Few would disagree that robocalls are a plague. According to Scientific American, 8 billion messages were sent out in 2018 alone. In Florida, Smartbiz Telecom, located in Miami, is enabling foreign robocalls to be routed into the country. As such, Attorney General Ashley Moody is filing a court action against them.
"The defendants helped facilitate the transmission of millions of foreign-based robocalls into the United States," says Moody. She describes how Smartbiz ignored warnings "multiple times," 250 filed by the Industry Traceback Group, to be exact; yet did nothing against them. More alarmingly, Moody alleges that Smartbiz actually profits from the fraudulent messages. This makes them linked to more illegal robocalls than 98% of all companies in the telecommunications industry.
Moody's complaint contains five counts against Smartbiz Telecom. Two are violations of the Telephone Consumer Protection Act (TCPA). Specifically, the first is that it is illegal to use an automatic dialing system or artificial/prerecorded voice. The second is essentially an extension of the first, though the difference is based on residential versus mobile phone numbers.
The third is for violating the Truth in Caller ID Act, while the fourth is violating the Telemarketing Sales Rule. The Truth in Caller ID Act essentially means what it sounds like: it is illegal to knowingly impersonate another caller for the purpose of scamming or harming them. The Telemarketing Sales Rule is that telemarketers cannot engage in abusive or deceptive sales tactics over the phone.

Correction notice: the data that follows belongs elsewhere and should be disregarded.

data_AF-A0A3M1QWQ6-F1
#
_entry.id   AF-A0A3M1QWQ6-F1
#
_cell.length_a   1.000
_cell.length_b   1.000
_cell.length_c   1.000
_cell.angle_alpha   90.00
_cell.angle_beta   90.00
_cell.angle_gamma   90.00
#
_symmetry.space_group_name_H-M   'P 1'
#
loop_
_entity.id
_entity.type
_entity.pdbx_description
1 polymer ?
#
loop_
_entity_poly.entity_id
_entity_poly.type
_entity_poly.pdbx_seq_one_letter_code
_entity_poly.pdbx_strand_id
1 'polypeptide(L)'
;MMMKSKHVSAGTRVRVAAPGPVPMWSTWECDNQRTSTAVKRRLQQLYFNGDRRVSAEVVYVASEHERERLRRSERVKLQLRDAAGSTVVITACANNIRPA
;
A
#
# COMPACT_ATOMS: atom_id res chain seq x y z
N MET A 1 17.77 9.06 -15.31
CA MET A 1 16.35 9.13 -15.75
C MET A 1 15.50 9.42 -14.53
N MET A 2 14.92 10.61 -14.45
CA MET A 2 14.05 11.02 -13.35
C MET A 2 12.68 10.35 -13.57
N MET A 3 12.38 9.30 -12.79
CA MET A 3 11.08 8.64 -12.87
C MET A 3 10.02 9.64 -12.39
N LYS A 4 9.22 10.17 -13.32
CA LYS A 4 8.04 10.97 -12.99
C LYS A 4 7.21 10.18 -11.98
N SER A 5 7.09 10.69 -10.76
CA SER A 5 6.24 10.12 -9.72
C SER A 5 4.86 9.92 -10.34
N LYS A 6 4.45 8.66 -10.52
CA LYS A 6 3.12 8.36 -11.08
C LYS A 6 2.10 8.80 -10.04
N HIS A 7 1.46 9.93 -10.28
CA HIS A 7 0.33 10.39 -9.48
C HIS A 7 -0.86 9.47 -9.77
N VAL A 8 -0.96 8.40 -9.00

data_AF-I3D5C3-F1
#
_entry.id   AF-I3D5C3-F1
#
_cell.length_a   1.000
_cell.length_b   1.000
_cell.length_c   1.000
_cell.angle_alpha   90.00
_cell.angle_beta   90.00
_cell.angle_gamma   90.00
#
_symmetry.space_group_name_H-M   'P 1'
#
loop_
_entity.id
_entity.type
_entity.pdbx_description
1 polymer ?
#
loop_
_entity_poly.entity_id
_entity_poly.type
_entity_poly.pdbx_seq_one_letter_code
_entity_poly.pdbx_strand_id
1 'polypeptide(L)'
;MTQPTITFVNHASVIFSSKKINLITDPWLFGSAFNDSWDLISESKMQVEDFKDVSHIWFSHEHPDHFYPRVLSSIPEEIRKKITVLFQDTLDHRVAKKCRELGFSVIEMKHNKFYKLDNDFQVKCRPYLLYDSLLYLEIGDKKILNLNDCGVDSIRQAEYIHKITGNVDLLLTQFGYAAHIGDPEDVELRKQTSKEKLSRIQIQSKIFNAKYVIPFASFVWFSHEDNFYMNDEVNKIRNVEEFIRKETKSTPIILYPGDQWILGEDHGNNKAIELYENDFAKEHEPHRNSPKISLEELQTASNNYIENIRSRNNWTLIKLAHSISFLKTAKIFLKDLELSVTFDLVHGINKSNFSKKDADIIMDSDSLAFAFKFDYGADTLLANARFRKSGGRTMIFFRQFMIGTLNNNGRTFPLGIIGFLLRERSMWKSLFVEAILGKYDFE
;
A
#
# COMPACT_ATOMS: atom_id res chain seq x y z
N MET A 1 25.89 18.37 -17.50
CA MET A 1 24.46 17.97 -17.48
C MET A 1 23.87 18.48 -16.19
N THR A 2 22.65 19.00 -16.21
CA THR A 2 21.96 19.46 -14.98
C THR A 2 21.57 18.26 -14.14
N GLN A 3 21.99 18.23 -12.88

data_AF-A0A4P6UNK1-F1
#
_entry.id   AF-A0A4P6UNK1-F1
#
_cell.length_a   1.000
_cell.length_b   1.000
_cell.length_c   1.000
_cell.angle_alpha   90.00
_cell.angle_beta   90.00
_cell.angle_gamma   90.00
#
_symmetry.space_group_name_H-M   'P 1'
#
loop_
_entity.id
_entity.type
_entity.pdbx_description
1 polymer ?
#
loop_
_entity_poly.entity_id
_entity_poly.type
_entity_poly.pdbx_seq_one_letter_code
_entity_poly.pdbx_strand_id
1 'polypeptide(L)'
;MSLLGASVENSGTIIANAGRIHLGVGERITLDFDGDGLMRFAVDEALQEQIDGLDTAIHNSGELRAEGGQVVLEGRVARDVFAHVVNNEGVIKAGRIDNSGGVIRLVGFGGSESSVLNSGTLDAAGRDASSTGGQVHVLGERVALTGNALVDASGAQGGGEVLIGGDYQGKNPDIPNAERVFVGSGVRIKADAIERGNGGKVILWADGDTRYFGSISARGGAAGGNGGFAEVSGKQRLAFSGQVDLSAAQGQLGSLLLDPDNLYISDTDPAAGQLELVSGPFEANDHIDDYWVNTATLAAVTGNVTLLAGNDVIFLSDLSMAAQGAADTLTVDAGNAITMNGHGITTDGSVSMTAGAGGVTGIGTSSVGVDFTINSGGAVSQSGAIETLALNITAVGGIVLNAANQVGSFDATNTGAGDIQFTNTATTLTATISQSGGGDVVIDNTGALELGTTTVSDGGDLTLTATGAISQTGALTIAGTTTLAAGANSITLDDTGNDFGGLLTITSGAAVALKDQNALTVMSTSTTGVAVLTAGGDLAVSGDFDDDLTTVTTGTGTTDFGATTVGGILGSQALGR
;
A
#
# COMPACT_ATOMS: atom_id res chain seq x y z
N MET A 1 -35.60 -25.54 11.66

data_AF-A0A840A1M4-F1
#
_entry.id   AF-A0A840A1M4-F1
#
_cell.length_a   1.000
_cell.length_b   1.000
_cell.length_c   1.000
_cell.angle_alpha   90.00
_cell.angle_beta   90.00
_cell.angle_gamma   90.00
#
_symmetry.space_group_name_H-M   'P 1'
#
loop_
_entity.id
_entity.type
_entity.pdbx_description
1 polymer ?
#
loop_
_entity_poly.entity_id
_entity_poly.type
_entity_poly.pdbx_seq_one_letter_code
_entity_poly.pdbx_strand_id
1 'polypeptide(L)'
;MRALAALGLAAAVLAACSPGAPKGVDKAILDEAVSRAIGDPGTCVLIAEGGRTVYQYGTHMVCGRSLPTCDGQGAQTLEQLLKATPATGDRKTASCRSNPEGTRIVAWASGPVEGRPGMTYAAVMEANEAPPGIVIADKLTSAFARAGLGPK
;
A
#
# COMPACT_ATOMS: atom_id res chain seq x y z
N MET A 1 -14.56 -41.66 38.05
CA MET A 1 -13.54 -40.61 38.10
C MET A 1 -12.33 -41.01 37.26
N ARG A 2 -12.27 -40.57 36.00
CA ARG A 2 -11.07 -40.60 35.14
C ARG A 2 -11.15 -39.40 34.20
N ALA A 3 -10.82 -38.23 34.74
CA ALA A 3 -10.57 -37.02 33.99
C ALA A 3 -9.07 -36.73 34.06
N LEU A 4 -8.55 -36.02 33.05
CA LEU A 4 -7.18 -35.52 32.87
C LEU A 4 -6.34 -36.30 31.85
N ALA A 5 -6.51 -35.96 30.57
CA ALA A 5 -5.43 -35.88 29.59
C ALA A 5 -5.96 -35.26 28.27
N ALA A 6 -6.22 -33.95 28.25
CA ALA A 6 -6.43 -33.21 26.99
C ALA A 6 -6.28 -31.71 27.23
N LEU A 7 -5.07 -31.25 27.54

Finally, Smartbiz Telecom is alleged to violate Chapter 501, Part II of Florida's Consumer Protection Statutes. Part II is better known as the Deceptive and Unfair Trade Practices, which Gov. Ron DeSantis (R) filed his proposed anti-ESG legislation under back in July.
If Smartbiz is found guilty, Moody intends to "shut them down and force them to pay restitution to consumers harmed by scams associated with these foreign-based robocalls."